In contrast to other virus-related olfactory disorders, in COVID-19, particularly the Delta variant, nasal breathing is rarely impeded. In the Omicron variant olfactory dysfunction occurs less frequently, affecting around 15% of those infected (e40). In about 40–60% of those affected, parosmia arises several weeks or months later, especially in young patients and those with better olfactory performance. Phantosmia occurs less frequently (8).
The outcome of olfactory dysfunction in COVID-19 is thought to be generally favorable: a majority of patients report improvement within 2–3 weeks (29). Systematic investigations with psychophysical testing have shown that the initially impaired olfactory performance was much improved or restored to normal in 80–85% of patients at 6 months and in 95% at 12 months (e40). These patients are frequently regarded as fully recovered on the basis of their subjective assessments, but objective measurement often shows residual deficits (e41). Although overall the prognosis is therefore good, because of the large number of persons infected the SARS-CoV-2 pandemic has led to a significant increase in the prevalence of olfactory dysfunction. Details of the treatment of COVID-19-related olfactory dysfunction can be found in the Box.
Measurement of olfaction
The quantitative determination of olfactory performance can be achieved by means of subjective assessment, psychophysical tests, or electrophysiological methods. Structural and functional imaging techniques are also used for evaluation of olfaction.
Subjective assessment is the swiftest and simplest way of estimating olfactory function and is, like the medical history, of great importance. However—probably owing to the variation in both burden of suffering and self-esteem—subjective ratings are imprecise and often do not correspond to the objective olfactory capacity (19, e35).
Psychophysical tests of olfactory performance often evaluate three different olfactory functions (11). Threshold testing enables determination of the lowest concentration at which an odorous substance, e.g., n-butanol or phenethyl alcohol, is detected. The staircase procedure is often used for this purpose: the samples are presented repeatedly in different concentrations until the odor can confidently be distinguished from solvent (20, 21, e36, e38). The discrimination test assesses the ability to tell odors apart: the participants are given various odor triplets to sniff, with two of the samples identical and the third different. In the identification test, various odors are presented and have to be characterized using one of a list of (typically four) terms (e38). These tests are best administered in a forced-choice process, where the study participants have to give a response even if they detect no odor.
In this testing scheme the olfactory threshold tends to describe the function of the periphery of the olfactory system, while odor identification and odor discrimination rather reflect the central nervous processing of odors (5). The identification test can also be administered by the study participants themselves (e38). Numerous versions of the identification test have been developed, varying mainly in the number of different odors used, and the test has to be adapted to avoid odors unfamiliar to the region or cultural group involved (5).
It is important that the diagnostic acuity and the reliability of the tests increase with the number of odors used (22). Screening tests (Table 2) are limited in their ability to assess the course of olfactory function, so additional documentation of the olfactory threshold is advisable (11, 5).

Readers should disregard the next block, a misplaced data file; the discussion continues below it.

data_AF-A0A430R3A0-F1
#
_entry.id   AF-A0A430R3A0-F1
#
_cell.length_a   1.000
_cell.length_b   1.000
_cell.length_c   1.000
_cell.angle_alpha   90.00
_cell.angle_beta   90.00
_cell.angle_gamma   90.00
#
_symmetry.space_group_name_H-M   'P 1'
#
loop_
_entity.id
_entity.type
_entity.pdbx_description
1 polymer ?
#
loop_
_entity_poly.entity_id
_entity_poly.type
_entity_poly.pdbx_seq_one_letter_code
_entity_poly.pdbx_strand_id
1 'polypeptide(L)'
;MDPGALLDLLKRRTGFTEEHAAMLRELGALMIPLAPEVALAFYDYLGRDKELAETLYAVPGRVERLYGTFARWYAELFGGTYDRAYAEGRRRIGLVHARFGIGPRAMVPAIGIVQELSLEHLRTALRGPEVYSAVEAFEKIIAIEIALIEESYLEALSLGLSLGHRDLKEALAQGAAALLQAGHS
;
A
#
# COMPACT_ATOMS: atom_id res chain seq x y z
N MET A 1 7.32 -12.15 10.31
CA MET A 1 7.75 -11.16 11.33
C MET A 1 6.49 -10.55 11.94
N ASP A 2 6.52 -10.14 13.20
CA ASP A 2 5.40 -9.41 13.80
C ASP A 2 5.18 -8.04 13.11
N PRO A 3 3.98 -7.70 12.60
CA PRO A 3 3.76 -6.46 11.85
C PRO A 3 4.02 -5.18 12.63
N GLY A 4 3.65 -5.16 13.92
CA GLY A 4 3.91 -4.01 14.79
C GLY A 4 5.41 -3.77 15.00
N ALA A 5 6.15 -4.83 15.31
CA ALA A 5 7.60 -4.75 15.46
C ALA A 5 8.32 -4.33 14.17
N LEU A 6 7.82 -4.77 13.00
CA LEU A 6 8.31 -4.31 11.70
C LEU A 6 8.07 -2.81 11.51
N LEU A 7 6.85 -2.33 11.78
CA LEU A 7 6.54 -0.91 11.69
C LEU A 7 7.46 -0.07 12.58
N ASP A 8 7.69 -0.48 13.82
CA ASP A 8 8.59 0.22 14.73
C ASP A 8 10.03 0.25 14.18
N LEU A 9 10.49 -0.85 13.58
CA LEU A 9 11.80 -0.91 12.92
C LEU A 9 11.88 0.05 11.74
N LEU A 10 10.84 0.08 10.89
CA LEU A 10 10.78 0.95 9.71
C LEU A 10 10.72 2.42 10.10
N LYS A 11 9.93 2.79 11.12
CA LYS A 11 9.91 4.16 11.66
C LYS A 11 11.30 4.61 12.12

The following tests, some of which are commercially available, are used worldwide: the CCCRC test, a combined threshold and identification test; the UPSIT, a single-use disposable odor identification test in different variations with three to 40 odors that can be self-administered and is therefore extremely useful in, for example, patients with acute SARS-CoV-2 infection; and the reusable Sniffin’ Sticks test, which captures the olfactory threshold, odor discrimination, and odor identification (eTable 1). All of these tests are of verified reliability and validity (5); for the Sniffin’ Sticks, for example, there are normative data from over 9000 healthy men and women, enabling age- and gender-dependent classification of olfactory performance into normosmia, hyposmia, and anosmia (23).
It is important to use different olfactory tests in the course of COVID-19 (e40), for example, bearing in mind that odor identification may be largely normal but the olfactory threshold impaired (e41).
The determination of retronasal olfactory function (identification of aromas), however, is not an established element of routine clinical examination, although validated, reliable odor identification tests and tests for determination of the retronasal olfactory threshold are available, e.g., the “tasting powders” (e43) and the Candy Smell Test (24) (eTable 1). In these tests, odorous substances are given by mouth in the form of powders or sorbitol candies and identified, analogous to orthonasal tests, from a list of options in a forced-choice model (e43, e44).
The description of qualitative olfactory dysfunction rests essentially on questioning of those affected (e45). Measurement by the SSParoT method, for example, has been proposed as a means of standardizing the severity of parosmia (e46).
Electrophysiological procedures and functional imaging
While psychophysical testing of olfactory performance plays a major role in daily clinical practice, objective methods are needed whenever the person’s cooperation in psychophysical tests is problematic. This may be the case, for example, in children, in persons with cognitive disorders, or in the context of medicolegal investigations.